Wunderlich invited James F. Brock of the International Laundry Workers Union to meet him for lunch at the Grand Hotel (a non-union establishment). After the exchange of pleasantries, Brock was offered $1,000 to disband the local laundry union. But Brock was sly enough to refuse the bribe as it was covertly slid across the table. Instead, he demanded the money be placed in his pocket after stepping outside the hotel, where only he knew witnesses would be waiting to confirm where the money came from. The next day, newspapers carried stories about the bribe and primed the public for a special meeting at Central Union Hall where Brock would expose Wunderlich.


A 1910 CIA advertisement implored citizens to ignore a boycott of the non-union Grand Hotel, the site of Wunderlich's bribe to James F. Brock of the International Laundry Workers Union.

Once again, Adolph Wunderlich had shown his true colors. This time, he did his best to explain away his actions, but this time, he refused to apologize or give in to demands that he raise your minimum wage. When you and your coworkers decided to strike to help bring him to the negotiation table, he hired new employees and refused to recognize the union. It was clear he intended to wait you out.


The union leaflet sent to Reliable Cleaners customers to counter letters sent by Wunderlich proclaiming his workers were satisfied and well-paid. (From Mark Snyder's private collection)

Meanwhile, your union developed a printed circular and distributed it to all of Wunderlich's customers. But unlike the first time, his customers continued to send their laundry to Reliable Cleaners. Wunderlich's strategy worked. Six months into the strike, police began arresting picketers in front of Reliable Cleaners for breaking noise ordinances. Before long, the public had forgotten the strike and moved on. The kicker for you and your coworkers came when Adolph launched the Reliable Laundry & Dry Cleaning Mutual Benefit Association to promote "cooperation between employer and employees." Soon, Adolph was hosting a picnic and dance for his new employees, some of whom set up a Reliable Booster club. After months of picketing, you move on to another job at a unionized laundry in the South End. Meanwhile, you are furious when you read about Reliable's workers enjoying a free night at Keith's Theatre, all on Adolph. What a guy!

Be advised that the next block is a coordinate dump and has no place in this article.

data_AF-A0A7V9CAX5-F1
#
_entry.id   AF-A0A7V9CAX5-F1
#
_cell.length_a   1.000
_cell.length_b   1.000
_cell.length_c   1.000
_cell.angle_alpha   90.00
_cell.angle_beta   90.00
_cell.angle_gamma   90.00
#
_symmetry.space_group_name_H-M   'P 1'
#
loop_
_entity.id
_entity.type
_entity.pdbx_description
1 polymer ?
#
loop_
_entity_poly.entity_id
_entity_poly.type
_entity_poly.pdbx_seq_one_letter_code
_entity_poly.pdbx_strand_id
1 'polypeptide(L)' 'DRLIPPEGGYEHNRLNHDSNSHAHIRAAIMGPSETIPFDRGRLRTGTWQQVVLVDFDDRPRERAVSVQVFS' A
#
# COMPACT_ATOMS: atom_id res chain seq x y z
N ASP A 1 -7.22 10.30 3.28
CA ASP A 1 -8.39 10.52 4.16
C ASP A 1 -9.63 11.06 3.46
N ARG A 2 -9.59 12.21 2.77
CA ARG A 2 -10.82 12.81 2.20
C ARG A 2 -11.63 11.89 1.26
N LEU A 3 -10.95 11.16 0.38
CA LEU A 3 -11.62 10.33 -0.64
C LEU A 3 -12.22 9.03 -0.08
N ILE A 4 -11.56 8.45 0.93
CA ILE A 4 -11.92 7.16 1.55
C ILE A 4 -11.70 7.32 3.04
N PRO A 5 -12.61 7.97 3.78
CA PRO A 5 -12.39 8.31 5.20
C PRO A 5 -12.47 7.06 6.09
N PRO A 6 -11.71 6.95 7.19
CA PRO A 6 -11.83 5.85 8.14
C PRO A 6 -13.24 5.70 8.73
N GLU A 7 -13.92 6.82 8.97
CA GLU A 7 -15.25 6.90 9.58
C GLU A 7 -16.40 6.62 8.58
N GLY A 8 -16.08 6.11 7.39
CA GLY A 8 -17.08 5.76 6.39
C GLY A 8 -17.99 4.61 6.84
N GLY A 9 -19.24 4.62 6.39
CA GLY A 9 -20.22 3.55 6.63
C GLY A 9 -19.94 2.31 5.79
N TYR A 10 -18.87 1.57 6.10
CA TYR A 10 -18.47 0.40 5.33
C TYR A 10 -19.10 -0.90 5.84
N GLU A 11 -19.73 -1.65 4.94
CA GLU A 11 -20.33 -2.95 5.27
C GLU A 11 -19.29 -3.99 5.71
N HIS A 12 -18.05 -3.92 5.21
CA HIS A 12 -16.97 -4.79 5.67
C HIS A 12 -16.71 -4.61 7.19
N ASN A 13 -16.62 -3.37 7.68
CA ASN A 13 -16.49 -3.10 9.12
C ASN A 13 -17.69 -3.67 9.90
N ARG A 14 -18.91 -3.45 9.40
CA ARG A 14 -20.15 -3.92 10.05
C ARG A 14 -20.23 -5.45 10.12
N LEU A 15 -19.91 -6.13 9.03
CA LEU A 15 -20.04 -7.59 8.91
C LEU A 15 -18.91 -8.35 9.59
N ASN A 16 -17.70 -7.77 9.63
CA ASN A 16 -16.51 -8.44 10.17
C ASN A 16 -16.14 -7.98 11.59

Over time, you moved on and enjoyed a long career in the laundry business, working for a smaller union laundry closer to your home. Ultimately, you are proud of your work and cherish the long-term friendships you made through your association with the Laundry Workers Union. Having left school after the fifth grade, you learned so much working in one of the few occupations open to married women and widows—your mentors and confidantes. You worked hard for your earnings—they meant the difference between making ends meet and destitution since your husband's seasonal income was so inconsistent.


In 1939, you open the paper to find out Adolph has sold Reliable and is retiring so he can travel the world. You can't help but cast your gaze back to those two moments of betrayal by your boss. The memories of those difficult times still lingered, etched into the tapestry of your life. But as you look back, you realize that those moments did not define you; they strengthened you. With a sense of resilience and determination, you not only survived but thrived, rising above the challenges that threatened to break your spirit. You left behind the stains of betrayal in the past, and in their place, you weaved a new story of triumph and self-discovery. In the end, you had not just washed clothes; you cleansed your soul, emerging from the trials of your career as a testament to the indomitable human spirit—despite the treachery of Mr. Reliable.